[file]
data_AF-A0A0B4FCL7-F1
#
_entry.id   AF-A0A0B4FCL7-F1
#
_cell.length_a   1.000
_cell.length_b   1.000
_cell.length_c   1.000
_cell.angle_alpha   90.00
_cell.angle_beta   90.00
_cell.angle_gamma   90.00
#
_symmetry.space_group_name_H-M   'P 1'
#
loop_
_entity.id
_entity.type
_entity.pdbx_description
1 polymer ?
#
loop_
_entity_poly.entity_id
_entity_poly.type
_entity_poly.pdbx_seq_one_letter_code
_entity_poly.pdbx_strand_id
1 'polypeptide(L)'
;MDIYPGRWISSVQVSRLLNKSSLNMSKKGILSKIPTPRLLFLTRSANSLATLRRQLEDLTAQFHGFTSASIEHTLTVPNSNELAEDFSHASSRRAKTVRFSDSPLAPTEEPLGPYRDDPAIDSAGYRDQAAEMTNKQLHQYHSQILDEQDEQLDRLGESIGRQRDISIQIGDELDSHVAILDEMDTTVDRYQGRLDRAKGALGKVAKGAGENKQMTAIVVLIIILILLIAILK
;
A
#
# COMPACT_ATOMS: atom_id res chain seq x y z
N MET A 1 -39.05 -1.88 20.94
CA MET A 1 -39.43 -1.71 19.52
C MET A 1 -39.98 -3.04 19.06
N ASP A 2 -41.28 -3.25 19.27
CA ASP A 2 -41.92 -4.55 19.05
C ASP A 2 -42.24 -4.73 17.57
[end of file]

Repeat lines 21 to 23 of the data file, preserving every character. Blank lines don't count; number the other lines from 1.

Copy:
_entity_poly.entity_id
_entity_poly.type
_entity_poly.pdbx_seq_one_letter_code